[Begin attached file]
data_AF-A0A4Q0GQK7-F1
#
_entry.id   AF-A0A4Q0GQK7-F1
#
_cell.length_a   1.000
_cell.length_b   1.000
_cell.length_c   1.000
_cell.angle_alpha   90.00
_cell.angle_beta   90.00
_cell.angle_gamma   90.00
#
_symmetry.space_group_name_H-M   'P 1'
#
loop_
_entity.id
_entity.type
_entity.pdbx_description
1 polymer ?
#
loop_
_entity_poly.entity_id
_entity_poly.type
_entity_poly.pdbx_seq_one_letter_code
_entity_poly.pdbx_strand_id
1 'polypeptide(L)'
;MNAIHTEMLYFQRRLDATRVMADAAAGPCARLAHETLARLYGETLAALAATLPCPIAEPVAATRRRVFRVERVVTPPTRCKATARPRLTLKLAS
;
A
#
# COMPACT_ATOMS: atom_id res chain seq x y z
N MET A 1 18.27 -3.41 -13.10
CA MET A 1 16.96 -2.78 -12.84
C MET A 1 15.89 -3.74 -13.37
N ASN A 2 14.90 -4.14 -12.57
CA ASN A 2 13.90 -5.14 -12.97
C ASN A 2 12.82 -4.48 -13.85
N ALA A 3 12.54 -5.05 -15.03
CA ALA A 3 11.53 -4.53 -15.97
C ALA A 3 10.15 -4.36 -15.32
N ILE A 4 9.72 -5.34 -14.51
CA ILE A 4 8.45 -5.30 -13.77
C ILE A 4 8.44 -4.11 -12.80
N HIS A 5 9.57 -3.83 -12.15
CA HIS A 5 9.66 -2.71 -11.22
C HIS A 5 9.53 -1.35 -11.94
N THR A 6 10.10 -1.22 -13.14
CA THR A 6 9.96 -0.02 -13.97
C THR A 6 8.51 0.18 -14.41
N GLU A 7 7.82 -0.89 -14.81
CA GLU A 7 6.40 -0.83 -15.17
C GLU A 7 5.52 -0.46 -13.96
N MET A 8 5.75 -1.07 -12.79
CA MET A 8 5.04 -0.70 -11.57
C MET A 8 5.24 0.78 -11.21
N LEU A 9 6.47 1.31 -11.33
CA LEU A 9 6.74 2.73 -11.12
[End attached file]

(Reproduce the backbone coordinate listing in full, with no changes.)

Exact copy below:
data_AF-A0A4Q0GQK7-F1
#
_entry.id   AF-A0A4Q0GQK7-F1
#
_cell.length_a   1.000
_cell.length_b   1.000
_cell.length_c   1.000
_cell.angle_alpha   90.00
_cell.angle_beta   90.00
_cell.angle_gamma   90.00
#
_symmetry.space_group_name_H-M   'P 1'
#
loop_
_entity.id
_entity.type
_entity.pdbx_description
1 polymer ?
#
loop_
_entity_poly.entity_id
_entity_poly.type
_entity_poly.pdbx_seq_one_letter_code
_entity_poly.pdbx_strand_id
1 'polypeptide(L)'
;MNAIHTEMLYFQRRLDATRVMADAAAGPCARLAHETLARLYGETLAALAATLPCPIAEPVAATRRRVFRVERVVTPPTRCKATARPRLTLKLAS
;
A
#
# COMPACT_ATOMS: atom_id res chain seq x y z
N MET A 1 18.27 -3.41 -13.10
CA MET A 1 16.96 -2.78 -12.84
C MET A 1 15.89 -3.74 -13.37
N ASN A 2 14.90 -4.14 -12.57
CA ASN A 2 13.90 -5.14 -12.97
C ASN A 2 12.82 -4.48 -13.85
N ALA A 3 12.54 -5.05 -15.03
CA ALA A 3 11.53 -4.53 -15.97
C ALA A 3 10.15 -4.36 -15.32
N ILE A 4 9.72 -5.34 -14.51
CA ILE A 4 8.45 -5.30 -13.77
C ILE A 4 8.44 -4.11 -12.80
N HIS A 5 9.57 -3.83 -12.15
CA HIS A 5 9.66 -2.71 -11.22
C HIS A 5 9.53 -1.35 -11.94
N THR A 6 10.10 -1.22 -13.14
CA THR A 6 9.96 -0.02 -13.97
C THR A 6 8.51 0.18 -14.41
N GLU A 7 7.82 -0.89 -14.81
CA GLU A 7 6.40 -0.83 -15.17
C GLU A 7 5.52 -0.46 -13.96
N MET A 8 5.75 -1.07 -12.79
CA MET A 8 5.04 -0.70 -11.57
C MET A 8 5.24 0.78 -11.21
N LEU A 9 6.47 1.31 -11.33
CA LEU A 9 6.74 2.73 -11.12